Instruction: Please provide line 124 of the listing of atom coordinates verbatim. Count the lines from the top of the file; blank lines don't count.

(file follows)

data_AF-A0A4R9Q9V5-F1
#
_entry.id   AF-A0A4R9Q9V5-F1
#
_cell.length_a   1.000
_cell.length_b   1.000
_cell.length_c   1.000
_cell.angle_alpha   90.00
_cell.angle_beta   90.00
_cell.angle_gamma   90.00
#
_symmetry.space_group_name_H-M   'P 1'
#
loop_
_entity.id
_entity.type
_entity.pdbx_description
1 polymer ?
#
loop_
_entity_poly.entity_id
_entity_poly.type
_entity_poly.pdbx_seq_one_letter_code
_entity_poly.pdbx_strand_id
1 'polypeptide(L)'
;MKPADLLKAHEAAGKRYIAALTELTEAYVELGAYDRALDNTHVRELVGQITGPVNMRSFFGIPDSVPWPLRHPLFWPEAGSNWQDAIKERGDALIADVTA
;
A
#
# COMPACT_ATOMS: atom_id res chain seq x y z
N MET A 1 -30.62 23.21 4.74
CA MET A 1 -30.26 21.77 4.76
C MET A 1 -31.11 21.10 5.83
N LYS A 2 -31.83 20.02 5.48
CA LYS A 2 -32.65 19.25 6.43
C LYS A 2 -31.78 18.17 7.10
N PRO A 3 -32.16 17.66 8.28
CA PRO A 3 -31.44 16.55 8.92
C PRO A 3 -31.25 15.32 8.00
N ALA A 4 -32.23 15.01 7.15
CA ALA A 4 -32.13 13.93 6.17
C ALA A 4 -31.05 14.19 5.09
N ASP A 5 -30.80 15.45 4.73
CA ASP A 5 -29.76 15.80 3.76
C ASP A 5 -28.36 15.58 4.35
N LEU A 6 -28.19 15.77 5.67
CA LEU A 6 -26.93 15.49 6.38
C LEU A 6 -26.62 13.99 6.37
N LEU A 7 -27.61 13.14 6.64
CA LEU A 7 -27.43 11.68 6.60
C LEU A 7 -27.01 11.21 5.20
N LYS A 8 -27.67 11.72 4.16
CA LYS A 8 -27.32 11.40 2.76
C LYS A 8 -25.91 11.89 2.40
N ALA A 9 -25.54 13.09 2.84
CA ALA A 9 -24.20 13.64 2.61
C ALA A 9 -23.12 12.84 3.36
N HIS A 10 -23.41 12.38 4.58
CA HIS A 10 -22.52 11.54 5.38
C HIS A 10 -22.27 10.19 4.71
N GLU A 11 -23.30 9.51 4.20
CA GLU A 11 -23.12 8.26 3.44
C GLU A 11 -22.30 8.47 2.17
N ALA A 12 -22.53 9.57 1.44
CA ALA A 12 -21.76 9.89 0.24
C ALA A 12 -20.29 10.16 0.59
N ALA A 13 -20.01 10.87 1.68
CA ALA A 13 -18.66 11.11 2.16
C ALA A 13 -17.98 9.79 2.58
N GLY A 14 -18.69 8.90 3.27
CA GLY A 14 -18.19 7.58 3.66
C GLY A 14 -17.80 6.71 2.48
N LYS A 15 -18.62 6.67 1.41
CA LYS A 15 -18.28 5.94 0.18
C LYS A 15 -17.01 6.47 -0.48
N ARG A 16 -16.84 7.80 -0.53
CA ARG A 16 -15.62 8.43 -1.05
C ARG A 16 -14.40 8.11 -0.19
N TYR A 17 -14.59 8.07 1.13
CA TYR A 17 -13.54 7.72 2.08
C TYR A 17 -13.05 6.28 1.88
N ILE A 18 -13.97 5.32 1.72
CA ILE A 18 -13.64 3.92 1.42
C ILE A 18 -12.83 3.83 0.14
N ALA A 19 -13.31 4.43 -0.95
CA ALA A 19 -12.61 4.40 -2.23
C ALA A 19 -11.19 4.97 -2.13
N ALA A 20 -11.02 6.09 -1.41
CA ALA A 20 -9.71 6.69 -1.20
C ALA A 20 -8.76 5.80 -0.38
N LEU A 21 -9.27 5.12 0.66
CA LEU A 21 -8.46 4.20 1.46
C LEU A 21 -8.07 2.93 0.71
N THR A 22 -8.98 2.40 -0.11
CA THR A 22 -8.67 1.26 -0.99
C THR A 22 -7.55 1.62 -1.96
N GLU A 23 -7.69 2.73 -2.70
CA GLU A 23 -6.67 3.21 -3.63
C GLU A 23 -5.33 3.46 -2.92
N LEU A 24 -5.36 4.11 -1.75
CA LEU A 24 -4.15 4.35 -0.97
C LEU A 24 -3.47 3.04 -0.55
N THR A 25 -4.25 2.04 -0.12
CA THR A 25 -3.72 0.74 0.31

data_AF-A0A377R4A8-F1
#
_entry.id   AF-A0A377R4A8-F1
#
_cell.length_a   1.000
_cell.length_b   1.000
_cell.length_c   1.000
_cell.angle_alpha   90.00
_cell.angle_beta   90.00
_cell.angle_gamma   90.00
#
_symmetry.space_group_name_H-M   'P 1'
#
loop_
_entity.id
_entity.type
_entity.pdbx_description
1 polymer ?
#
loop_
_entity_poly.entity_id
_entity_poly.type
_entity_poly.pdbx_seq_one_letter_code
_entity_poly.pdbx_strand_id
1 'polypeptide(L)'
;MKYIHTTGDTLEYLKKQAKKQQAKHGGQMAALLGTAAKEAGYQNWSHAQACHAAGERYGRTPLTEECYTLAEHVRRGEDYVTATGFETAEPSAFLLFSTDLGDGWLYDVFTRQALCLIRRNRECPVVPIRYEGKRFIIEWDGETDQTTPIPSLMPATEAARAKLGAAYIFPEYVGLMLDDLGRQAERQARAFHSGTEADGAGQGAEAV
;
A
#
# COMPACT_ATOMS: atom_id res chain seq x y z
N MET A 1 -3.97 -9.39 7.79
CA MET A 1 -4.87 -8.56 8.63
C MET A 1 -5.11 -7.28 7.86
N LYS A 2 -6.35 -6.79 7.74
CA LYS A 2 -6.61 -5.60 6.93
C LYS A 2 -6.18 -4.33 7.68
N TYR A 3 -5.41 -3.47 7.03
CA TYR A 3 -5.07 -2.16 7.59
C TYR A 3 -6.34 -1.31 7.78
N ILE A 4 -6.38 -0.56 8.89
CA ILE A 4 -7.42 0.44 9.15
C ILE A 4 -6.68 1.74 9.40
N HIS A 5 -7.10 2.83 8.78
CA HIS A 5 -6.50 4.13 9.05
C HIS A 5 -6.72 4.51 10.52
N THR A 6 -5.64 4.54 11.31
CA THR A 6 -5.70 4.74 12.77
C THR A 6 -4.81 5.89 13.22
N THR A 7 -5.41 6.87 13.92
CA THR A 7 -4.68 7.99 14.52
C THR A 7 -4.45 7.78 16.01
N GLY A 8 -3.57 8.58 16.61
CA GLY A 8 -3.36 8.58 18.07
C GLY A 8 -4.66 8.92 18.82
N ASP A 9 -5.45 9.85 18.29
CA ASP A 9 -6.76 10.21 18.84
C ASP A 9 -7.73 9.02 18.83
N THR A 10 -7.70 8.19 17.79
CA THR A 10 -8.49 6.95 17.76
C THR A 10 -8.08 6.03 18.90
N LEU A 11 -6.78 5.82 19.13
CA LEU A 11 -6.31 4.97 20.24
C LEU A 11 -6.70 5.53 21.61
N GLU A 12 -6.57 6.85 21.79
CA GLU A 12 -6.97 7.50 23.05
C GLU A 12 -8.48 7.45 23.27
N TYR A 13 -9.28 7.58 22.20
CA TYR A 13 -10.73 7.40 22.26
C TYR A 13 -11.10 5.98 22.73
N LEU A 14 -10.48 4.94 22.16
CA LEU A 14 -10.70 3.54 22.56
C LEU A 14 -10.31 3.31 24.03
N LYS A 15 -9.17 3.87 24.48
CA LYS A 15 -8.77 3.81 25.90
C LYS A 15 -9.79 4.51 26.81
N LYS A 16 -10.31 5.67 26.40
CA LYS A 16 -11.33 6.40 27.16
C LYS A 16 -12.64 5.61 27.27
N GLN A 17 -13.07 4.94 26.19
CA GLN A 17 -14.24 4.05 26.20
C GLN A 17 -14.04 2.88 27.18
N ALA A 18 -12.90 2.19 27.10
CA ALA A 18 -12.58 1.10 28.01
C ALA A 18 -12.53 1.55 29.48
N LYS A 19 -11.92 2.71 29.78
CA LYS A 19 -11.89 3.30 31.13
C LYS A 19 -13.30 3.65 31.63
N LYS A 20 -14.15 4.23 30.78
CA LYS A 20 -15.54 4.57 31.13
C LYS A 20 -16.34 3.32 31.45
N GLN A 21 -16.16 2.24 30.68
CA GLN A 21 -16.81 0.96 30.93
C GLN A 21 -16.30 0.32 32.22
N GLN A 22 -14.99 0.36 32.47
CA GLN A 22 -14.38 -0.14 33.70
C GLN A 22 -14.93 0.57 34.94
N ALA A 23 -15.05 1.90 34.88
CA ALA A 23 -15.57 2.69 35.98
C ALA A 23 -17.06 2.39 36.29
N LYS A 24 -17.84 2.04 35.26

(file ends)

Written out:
loop_